Additionally, I have to say that there are a couple of posts in this thread that I found (and find) troubling, as well. However, I'm grateful to John for having taken these on. And I'm grateful, as well, for Karen and JRosemary, for their contributions in the course of this discussion. For my part, I think that I've now said my peace.


I think this is just going around in circles, Adam.
I would agree that it doesn't necessarily follow, as you say, "I've read everything that 'X' wrote, so I can give an authoritative word on 'X and Y'." However, since the case I am speaking about is my own, I have inside knowledge, and know that it DOES follow. (I also hold advanced degrees in literature, and have some special training of my own.) But what I said about context is incredibly important, and it's something that, from the conclusions you have drawn, I concur that you just don't have. You have to read a) a work in its entirety, not merely the Gopnik soundbites, and b) the quantity of material written by someone, and read by others, really does give a much more thorough context for understanding what he's saying. Without that context, you're approaching the text like Philadelphia lawyers trying to find something to poke a hole in. With that context, you understand what he's trying to say, even if there are spite of inaccuracies of expression (which we are all guilty of at times), because you've seen him express it 50 other times in several dozen other works.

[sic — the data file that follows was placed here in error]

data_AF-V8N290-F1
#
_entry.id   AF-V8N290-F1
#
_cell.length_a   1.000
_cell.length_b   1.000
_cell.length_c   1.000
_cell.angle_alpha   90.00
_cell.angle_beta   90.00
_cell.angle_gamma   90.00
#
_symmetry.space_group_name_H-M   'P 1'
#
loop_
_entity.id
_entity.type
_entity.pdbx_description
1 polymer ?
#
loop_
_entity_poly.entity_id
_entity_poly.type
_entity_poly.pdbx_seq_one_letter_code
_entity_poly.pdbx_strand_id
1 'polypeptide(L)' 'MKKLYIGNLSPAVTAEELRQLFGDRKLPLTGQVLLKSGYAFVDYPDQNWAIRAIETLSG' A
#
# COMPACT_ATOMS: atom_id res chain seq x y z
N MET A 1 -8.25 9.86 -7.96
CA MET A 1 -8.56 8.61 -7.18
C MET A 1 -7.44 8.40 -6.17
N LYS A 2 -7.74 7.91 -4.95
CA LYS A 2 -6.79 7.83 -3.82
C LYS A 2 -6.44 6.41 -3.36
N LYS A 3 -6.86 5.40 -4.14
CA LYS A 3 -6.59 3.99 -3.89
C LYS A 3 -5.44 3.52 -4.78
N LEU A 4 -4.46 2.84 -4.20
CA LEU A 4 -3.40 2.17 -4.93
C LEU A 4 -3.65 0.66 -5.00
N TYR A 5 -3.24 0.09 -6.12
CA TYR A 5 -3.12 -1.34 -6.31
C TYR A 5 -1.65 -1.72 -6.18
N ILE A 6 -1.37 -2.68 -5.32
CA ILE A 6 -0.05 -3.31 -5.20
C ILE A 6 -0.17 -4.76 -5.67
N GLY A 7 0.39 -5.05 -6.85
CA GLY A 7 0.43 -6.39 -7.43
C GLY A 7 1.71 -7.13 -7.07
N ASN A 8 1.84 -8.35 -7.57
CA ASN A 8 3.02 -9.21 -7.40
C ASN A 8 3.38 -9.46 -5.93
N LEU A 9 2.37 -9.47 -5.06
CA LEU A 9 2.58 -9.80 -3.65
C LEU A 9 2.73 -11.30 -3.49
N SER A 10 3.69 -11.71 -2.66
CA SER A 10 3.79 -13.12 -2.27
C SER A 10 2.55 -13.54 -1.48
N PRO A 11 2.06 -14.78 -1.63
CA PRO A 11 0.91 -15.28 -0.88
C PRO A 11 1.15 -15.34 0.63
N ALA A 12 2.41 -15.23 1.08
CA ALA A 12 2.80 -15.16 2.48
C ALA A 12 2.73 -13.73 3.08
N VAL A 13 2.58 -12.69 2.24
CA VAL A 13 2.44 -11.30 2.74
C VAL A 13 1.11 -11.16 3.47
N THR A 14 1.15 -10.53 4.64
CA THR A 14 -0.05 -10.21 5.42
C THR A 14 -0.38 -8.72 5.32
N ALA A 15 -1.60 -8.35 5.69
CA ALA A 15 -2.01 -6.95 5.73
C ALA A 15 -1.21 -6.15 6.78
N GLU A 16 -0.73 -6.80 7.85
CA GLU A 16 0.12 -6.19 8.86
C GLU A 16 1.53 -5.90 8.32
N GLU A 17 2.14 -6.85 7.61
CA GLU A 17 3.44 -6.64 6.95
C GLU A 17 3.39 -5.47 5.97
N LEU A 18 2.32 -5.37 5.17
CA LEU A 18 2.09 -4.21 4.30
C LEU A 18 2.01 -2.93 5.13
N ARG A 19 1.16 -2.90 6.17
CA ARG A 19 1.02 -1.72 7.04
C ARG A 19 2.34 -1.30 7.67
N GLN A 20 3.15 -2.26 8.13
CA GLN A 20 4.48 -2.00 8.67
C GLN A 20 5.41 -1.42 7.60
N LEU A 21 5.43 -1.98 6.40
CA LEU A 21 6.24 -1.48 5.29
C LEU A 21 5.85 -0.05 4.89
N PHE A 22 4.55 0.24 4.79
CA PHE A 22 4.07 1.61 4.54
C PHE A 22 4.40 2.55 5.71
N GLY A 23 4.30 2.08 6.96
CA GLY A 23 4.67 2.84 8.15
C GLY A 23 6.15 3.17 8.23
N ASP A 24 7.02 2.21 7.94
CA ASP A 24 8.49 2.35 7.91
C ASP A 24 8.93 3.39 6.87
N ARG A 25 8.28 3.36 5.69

I don't have anything else to say, because it's already been said. I see no reason to repeat the reasoned defense that has already gone before. I think it good that these concerns be raised, and answered, as they are every decade or so, but if you are still unsatisfied, then there's nothing to say. The cure is to read more Chesterton. :smile:
"Eh? Two views? There are a dozen views about everything until you know the answer. Then there's never more than one."
Bill "The Blizzard" Hingest - That Hideous Strength
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Re: Article on Chesterton

Postby astrid » 12 Sep 2009, 22:53

In his life and friendships GK was deeply pro Jewish and loved his Jewish friends. It was a time when the political correctness of our day, if indeed it is political correctness, was simply not there. Agatha Christie saying :censored: with no bat of an eyelash, people were outspoken and said things even about their own peoples and cultures.
I am a Jewess descended from the house of David and I am a great fan of Chesterton's works and i have read and own many. I have never read a thing that offends me. I am a writer and a great deal of time I must do research to get at a thing from all angles.
I did this with GK and and quite satisfied he was not an anti semite and meant no harm by his words. Perhaps you have never sat among a larg party of Jews and listened to them talking about gentiles and wht not. It could curl your hair, providing you have some. :)